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Thread: U.S. Says Shipping Uranium Out of Iran Is Still Part of Possible Nuclear Deal

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    Re: U.S. Says Shipping Uranium Out of Iran Is Still Part of Possible Nuclear Deal

    Quote Originally Posted by Montecresto View Post
    Not sure what you mean with that.
    With what?
    -I want it to be made impossible for Iran to build a nuke. It the treaty can guaranty that, I would get what I want and you can give me Hell.
    -The two points you mentioned, are already part of existing international law. The problem is that Iran is not obeying the treaties.

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    Re: U.S. Says Shipping Uranium Out of Iran Is Still Part of Possible Nuclear Deal

    Quote Originally Posted by joG View Post
    With what?
    -I want it to be made impossible for Iran to build a nuke. It the treaty can guaranty that, I would get what I want and you can give me Hell.
    -The two points you mentioned, are already part of existing international law. The problem is that Iran is not obeying the treaties.
    But I don't want to give you hell. What I said is that when the deal is done, and in its entirety sees the light of day, and either of the two premises the Obama administration has maintained will frame it are missing, then you and I can both raise hell about it. Obama insists that any deal will have far more rigorous monitoring than normal IAEA inspections to force IL compliance.
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    Re: U.S. Says Shipping Uranium Out of Iran Is Still Part of Possible Nuclear Deal

    Quote Originally Posted by Simpleχity View Post
    Two classes of materials were to be re-processed in Russia; spent fuel rods, and a quantity of Uranium hexafloride (UF6) already enriched to 20%.

    The Iranians now want to re-process the spent fuel rods themselves and locally dilute (down-blend) the 20% UF6.

    They reportedly have agreed to a maximum of 6,000 centrifuges, but it is unclear what centrifuges will be allowed. Their new prototype centrifuge is 16x more efficient than their current IR-2 model. Thus, they could theoretically increase enrichment production by a factor of 16:1 even with a cap of 6,000. This is far more than necessary for internal power generation, research, medical, industry, etc.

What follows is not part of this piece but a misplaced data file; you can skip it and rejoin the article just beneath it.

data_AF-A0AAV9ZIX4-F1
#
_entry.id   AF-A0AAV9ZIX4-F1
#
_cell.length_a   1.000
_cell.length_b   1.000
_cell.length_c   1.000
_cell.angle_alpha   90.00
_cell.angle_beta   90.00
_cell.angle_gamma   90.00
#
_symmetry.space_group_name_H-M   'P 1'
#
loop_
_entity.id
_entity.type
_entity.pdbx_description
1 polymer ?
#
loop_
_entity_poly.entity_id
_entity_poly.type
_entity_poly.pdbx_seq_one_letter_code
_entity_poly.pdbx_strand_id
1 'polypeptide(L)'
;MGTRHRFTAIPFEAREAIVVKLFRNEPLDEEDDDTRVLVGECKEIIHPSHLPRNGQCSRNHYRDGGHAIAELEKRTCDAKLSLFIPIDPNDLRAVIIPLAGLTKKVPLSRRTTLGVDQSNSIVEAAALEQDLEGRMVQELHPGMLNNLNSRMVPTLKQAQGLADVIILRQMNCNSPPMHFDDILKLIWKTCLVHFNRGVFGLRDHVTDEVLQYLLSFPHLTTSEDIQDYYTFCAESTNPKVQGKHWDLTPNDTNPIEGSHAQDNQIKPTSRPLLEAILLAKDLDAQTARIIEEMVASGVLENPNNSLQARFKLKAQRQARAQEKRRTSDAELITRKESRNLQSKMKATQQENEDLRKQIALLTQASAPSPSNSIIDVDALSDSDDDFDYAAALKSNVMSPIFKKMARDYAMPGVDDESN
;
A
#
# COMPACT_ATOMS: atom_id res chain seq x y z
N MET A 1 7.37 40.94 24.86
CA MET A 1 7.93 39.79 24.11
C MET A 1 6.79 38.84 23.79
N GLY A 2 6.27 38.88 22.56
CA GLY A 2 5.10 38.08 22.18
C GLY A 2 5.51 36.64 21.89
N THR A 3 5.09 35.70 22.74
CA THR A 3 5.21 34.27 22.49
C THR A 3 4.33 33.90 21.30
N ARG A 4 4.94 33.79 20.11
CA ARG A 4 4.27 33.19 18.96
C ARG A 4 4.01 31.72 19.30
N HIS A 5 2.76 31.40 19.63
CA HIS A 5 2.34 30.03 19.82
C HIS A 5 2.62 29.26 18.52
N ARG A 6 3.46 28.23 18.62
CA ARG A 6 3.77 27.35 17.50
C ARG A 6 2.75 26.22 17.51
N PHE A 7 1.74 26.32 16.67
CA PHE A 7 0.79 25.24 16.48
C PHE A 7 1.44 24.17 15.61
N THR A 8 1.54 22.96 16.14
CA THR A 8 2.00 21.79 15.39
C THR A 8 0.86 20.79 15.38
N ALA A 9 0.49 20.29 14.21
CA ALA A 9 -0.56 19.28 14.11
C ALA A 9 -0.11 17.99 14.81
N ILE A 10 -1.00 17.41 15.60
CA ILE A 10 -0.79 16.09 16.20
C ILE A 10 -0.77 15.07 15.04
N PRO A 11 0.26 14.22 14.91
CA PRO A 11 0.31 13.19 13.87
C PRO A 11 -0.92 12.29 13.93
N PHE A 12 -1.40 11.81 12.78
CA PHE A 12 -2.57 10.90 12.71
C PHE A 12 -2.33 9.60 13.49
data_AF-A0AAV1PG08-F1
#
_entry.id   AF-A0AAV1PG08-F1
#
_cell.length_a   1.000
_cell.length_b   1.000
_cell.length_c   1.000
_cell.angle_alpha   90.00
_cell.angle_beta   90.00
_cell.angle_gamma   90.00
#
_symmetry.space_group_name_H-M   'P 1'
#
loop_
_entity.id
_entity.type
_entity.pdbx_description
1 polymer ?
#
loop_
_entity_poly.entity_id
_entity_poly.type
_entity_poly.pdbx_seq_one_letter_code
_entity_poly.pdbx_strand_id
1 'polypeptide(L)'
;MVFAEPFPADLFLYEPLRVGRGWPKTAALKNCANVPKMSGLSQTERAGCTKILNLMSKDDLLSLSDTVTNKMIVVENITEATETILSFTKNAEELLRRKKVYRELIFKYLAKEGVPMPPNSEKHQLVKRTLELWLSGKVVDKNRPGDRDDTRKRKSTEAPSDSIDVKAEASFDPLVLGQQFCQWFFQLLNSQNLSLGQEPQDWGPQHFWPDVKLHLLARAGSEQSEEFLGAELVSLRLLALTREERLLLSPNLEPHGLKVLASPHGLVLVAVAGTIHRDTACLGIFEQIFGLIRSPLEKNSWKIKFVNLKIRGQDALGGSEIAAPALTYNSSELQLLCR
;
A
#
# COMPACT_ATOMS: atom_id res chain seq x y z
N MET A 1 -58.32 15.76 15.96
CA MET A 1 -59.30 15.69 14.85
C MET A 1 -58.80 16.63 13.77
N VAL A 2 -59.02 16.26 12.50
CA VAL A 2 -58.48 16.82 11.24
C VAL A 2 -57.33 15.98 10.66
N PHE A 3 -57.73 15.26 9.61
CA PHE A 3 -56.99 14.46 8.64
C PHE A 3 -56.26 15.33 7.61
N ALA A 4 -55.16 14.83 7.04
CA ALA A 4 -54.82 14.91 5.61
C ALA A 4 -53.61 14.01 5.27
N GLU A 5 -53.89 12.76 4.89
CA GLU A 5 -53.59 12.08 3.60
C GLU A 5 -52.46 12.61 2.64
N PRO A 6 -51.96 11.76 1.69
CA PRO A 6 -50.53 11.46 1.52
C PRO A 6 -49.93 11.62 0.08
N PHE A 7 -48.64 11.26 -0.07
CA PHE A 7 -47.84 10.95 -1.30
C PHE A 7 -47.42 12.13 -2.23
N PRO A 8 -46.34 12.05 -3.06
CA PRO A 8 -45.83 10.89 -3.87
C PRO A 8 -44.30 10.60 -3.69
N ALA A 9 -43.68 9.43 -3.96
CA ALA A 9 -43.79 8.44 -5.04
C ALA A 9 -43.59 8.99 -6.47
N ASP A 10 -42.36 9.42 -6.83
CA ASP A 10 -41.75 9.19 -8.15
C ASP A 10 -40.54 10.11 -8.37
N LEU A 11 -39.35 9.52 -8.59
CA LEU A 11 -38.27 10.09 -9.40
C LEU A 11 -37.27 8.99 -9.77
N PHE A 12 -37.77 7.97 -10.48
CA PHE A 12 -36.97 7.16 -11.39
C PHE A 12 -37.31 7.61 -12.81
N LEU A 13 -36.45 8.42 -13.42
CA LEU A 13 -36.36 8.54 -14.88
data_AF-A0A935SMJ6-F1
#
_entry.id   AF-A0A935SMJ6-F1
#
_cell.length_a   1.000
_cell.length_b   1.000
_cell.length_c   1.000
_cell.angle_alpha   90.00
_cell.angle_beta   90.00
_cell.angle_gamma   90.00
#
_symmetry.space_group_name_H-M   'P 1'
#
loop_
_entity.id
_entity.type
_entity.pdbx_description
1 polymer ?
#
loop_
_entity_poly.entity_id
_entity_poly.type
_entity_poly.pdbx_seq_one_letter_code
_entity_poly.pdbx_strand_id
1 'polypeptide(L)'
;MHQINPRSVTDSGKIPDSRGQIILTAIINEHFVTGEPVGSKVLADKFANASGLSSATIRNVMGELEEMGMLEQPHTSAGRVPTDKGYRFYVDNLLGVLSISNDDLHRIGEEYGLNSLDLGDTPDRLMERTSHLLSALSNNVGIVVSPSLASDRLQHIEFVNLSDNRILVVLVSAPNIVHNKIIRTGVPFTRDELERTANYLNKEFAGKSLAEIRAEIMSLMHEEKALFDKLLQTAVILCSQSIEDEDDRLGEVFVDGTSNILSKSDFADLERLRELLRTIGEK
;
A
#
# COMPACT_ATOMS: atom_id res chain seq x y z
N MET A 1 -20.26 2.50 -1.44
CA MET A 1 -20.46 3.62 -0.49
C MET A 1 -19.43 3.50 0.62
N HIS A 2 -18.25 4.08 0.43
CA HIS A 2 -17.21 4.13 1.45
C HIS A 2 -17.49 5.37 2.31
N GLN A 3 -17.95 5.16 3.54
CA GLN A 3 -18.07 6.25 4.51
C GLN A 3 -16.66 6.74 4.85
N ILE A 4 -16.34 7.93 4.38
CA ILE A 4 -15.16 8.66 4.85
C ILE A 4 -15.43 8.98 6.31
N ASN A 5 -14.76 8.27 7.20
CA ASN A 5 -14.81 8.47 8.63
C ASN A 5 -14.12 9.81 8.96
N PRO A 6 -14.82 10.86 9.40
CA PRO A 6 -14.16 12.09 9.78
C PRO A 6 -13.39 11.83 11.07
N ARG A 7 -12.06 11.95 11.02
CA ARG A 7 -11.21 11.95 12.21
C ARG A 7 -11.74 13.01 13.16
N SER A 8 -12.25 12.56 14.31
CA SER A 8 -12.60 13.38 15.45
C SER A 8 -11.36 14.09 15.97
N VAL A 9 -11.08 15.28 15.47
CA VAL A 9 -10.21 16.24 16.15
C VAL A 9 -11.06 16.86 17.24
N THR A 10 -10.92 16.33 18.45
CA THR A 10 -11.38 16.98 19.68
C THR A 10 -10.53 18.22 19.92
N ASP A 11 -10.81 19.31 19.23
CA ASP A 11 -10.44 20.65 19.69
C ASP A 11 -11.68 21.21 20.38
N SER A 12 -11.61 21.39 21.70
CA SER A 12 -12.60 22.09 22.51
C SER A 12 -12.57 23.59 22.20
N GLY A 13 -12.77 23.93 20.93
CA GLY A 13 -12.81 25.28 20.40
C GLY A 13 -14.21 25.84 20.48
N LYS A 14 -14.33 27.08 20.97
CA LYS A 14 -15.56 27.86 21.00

Perhaps they desire to build reactors in other nations in the region or China or anywhere that could benefit from having non-petroleum based electricity.
    If I blow the conch and they don't come back; then we've had it. We shan't keep the fire going. We'll be like animals. We'll never be rescued.

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    Re: U.S. Says Shipping Uranium Out of Iran Is Still Part of Possible Nuclear Deal

    Quote Originally Posted by joG View Post
    We just have to be clear in our minds that Iran is trying to get the weapons and the sanctions lifted. To do this they need a deal that allows them to do as much as possible legally, so that they do not have to hide very much from the few inspectors they allow into the country later.
    We saw how this haggling is done in Iraq. They will get the sanctions lowered and then play games with the UN.
    Iran is acting in a rational interest-maximizing fashion. Iran wants to gain the maximum benefit at the lowest price. It also wants to preserve its nuclear-related strategic flexibility.

    That strategic flexibility should be a deal breaker under normal circumstances given international goals, and the UN Security Council's and IAEA's requirements. However, Iran is likely gambling that even as it is worn down by the sanctions regime, the psychological fatigue is greater among the international community. Therefore, it retracted what should be a core element of a credible agreement. This may represent a tactic aimed at testing the willingness of the international community to walk away from a bad deal. If so, Iran could restore it, if it believes other provisions serve its nuclear-related interests e.g., the issue related to the number and type of centrifuges Iran would be able to continue to operate. If, however, the international community is desperate for a deal, the international community could overlook Iran's retraction, rationalize that it doesn't change much, and accept an alternative albeit a notably weaker one.

    Political pressure (interest-related calculations, expediency, desire for a major foreign policy breakthrough, legacy, etc.) among the various P5+1 countries differs, as do their desire for a rapid agreement. Iran's negotiators may well be familiar with which interlocutors might be more willing to accept a weak deal than the others and play them off against one another with the idea that the P5+1 would ultimately reach consensus on weaker terms than would otherwise be the case.